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Washington Lacks Consensus on Russian Hacking

  • Michael Bowman

Washington continues to speak with a cacophony of voices on Russian meddling in last month’s U.S. presidential election, displaying a lack of consensus during the ongoing presidential transition period that could impact how America ultimately responds to the cyberattacks.

Reaction continued one week after President-elect Donald Trump publicly disputed U.S. intelligence assessments of Russia’s cyber activities, something the current White House occupant indicated he finds perplexing.

President Barack Obama speaks during a news conference in the briefing room of the White House in Washington, Dec. 16, 2016. Obama admonished naysayers to "pay attention to what our intelligence agencies have to say."
President Barack Obama speaks during a news conference in the briefing room of the White House in Washington, Dec. 16, 2016. Obama admonished naysayers to "pay attention to what our intelligence agencies have to say."

“Unless the American people genuinely think that the professionals in the CIA, the FBI, our entire intelligence infrastructure, many of whom by the way served in previous administrations and who are Republicans, are less trustworthy than the Russians, then people should pay attention to what our intelligence agencies have to say,” President Barack Obama said at a news conference Friday.

Some advising Trump said the case against Russia is not cut-and-dry.

“The Chinese are good. And one of the things you do in cyber is try to look like somebody else,” said former CIA director James Woolsey on ABC’s This Week program. “To have your hacking look like somebody else’s hacking.”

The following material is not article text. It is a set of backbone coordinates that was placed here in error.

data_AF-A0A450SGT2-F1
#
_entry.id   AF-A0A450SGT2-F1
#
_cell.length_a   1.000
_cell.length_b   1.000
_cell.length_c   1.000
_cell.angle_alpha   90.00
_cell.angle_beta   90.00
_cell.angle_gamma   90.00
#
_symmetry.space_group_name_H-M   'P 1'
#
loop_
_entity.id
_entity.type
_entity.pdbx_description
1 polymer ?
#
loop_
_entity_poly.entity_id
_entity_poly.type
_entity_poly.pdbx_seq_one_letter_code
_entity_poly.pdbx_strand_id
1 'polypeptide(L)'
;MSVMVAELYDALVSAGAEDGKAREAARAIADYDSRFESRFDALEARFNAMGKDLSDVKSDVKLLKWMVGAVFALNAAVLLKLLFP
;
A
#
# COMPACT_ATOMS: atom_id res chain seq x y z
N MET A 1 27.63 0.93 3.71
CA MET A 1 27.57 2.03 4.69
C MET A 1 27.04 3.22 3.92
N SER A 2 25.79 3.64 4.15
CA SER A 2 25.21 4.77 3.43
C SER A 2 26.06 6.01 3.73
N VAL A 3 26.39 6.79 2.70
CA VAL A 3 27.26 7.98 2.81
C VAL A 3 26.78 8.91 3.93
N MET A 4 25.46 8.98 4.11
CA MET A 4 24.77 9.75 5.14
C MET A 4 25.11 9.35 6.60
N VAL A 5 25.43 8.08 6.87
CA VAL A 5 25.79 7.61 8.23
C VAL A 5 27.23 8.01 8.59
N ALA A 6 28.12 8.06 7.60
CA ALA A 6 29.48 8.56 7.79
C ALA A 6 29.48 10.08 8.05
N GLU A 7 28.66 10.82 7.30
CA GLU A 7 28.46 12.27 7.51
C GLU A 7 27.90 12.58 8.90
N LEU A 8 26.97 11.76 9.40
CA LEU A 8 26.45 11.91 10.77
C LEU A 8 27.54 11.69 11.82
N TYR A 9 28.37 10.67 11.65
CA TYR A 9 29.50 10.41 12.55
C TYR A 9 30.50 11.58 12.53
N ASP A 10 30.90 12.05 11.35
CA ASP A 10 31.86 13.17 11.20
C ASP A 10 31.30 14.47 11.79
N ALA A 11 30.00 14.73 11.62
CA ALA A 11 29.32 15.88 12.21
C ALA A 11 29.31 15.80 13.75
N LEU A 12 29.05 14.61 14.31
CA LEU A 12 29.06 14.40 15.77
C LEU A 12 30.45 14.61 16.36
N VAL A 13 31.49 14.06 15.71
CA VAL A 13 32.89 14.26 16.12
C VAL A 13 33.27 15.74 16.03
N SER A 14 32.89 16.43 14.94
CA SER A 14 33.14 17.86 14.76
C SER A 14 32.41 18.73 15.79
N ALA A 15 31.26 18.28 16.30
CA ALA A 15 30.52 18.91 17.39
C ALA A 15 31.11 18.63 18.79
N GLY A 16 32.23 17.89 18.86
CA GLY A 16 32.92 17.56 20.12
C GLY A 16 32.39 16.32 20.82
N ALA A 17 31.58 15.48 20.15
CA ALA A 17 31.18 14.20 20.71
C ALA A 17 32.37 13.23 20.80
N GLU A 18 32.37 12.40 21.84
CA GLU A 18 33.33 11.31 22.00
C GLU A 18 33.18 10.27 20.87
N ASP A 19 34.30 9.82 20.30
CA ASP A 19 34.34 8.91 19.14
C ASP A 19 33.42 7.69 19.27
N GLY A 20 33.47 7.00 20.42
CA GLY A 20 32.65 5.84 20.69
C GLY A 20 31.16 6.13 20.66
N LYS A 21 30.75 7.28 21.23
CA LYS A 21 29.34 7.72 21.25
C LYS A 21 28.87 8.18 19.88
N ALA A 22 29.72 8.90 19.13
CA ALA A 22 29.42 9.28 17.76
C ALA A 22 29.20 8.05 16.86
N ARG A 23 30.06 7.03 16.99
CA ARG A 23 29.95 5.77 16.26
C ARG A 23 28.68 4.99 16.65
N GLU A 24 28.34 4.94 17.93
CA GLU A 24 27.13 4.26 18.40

FILE - A man is seen walking across the Central Intelligence Agency (CIA) logo in the lobby of CIA Headquarters in Langley, Virginia, in a 2008 photo). Democrats say Trump will have to rely on intelligence agencies when he becomes commander-in-chief.
FILE - A man is seen walking across the Central Intelligence Agency (CIA) logo in the lobby of CIA Headquarters in Langley, Virginia, in a 2008 photo). Democrats say Trump will have to rely on intelligence agencies when he becomes commander-in-chief.

Plausible doubts or cover for Moscow?

But what the Trump camp sees as plausible doubts about the hacking attacks strikes others as providing cover for Moscow.

“For the president-elect to continue to give the Russians deniability is deeply damaging to the country,” said Democratic Congressman Adam Schiff of California, also on This Week.

Democrats note that Trump will have to rely on intelligence agencies when he becomes commander-in-chief.

President-elect Donald Trump speaks during a rally at the Wisconsin State Fair Exposition Center in West Allis, Wisconsin, Dec. 13, 2016. Trump has publicly disputed U.S. intelligence assessments of Russia’s cyber activities.
President-elect Donald Trump speaks during a rally at the Wisconsin State Fair Exposition Center in West Allis, Wisconsin, Dec. 13, 2016. Trump has publicly disputed U.S. intelligence assessments of Russia’s cyber activities.

“He is doing damage to himself and to his ability to lead the country when he becomes president. We are going to have a national security crisis at some point,” Schiff said.

But some Republican lawmakers complain the Obama administration has pointed the finger at Russia while providing no proof.

“I think Putin is evil, I think the Russians are guilty of incredibly evil hacking around the world,” Republican Congressman Peter King of New York said on This Week. “If they have evidence, show it. They have not shown it yet.”

“We will provide evidence that we can safely provide that does not compromise sources and methods,” Obama said Friday. “But I will be honest with you, when you are talking about cyber security, a lot of it is classified.”

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